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Just like last week, you can approach this reading list in whatever order you choose. The only writing for this week is a discussion board to share your thoughts. There’s a lot here to take in, so we’re approaching this week as a survey of Native voices to give some breadth (and depth) to test those founding sentiments we read last week.
1. Read William Apess’s “An Indian’s Looking-Glass for the White Man” on page 494.
2. Read Black Hawk on page 593. As you read his passage, notice the difference between smoking the peace pipe and “touching the goose quill” (which refers to signing one’s name). These two acts have significance for the Natives and Europeans respectively, but there is an obvious difference in how Black Hawk perceives them.
3. Read Petalesharo on 581 and Boudinot on 583.
4. Finally, read the Cherokee Memorials on page 587. This was the Cherokee Nation’s attempt to argue legal sovereignty over their lands. As you read, compare this document to the Declaration of Independence that you read last week. Do you notice the similarities?
5. Watch a quick video on the Trial of Tears. There are several out there and you may select others, but this brief video will give you a quick frame of reference if you’re encountering the history of the event for the first time. You can also view the brief slideshow lecture that sets up some of this week’s themes.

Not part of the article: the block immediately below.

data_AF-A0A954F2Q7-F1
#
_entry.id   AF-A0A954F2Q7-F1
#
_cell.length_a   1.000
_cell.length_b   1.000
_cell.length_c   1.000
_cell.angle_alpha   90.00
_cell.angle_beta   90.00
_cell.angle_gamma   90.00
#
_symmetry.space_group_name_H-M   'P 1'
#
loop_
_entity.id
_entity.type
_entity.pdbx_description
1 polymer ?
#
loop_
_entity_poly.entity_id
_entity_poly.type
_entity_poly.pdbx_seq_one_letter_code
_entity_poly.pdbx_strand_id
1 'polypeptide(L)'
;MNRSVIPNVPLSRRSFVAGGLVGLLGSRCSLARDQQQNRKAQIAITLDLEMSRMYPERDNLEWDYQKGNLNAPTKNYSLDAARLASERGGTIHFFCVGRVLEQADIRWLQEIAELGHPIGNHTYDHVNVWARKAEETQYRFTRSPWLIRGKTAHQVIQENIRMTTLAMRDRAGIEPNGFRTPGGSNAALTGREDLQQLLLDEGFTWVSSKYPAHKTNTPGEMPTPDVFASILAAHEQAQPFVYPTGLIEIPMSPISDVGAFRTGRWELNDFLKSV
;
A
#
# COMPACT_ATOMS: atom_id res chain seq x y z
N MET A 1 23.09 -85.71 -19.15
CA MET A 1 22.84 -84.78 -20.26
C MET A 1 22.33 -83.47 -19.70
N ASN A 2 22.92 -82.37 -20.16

6. Read through the scholarly article on the history of Native American Resistance in response to land removal. You need not labor over the article; however, reading will help dispel the misconception that the Natives were passive in their removal. Theirs was a non-violent campaign after a century of brutal waring times with white colonists and there were clear factions within the Cherokee Nation itself, a more nuanced history than the one often projected. As the story of American literature is one of struggle and resistance, the enfranchised and the disenfranchised, it’s important to consider how these struggles were fought not just physically but rhetorically and legally. Last week we came to see the importance of Thomas Paine’s rhetoric to support the legal blueprint of the Declaration. Consider how the Memorials also employ such strategies but with vastly different outcomes.
7. Finally, after you have read from this week’s literature, please go to the Discussion Board and share your comments.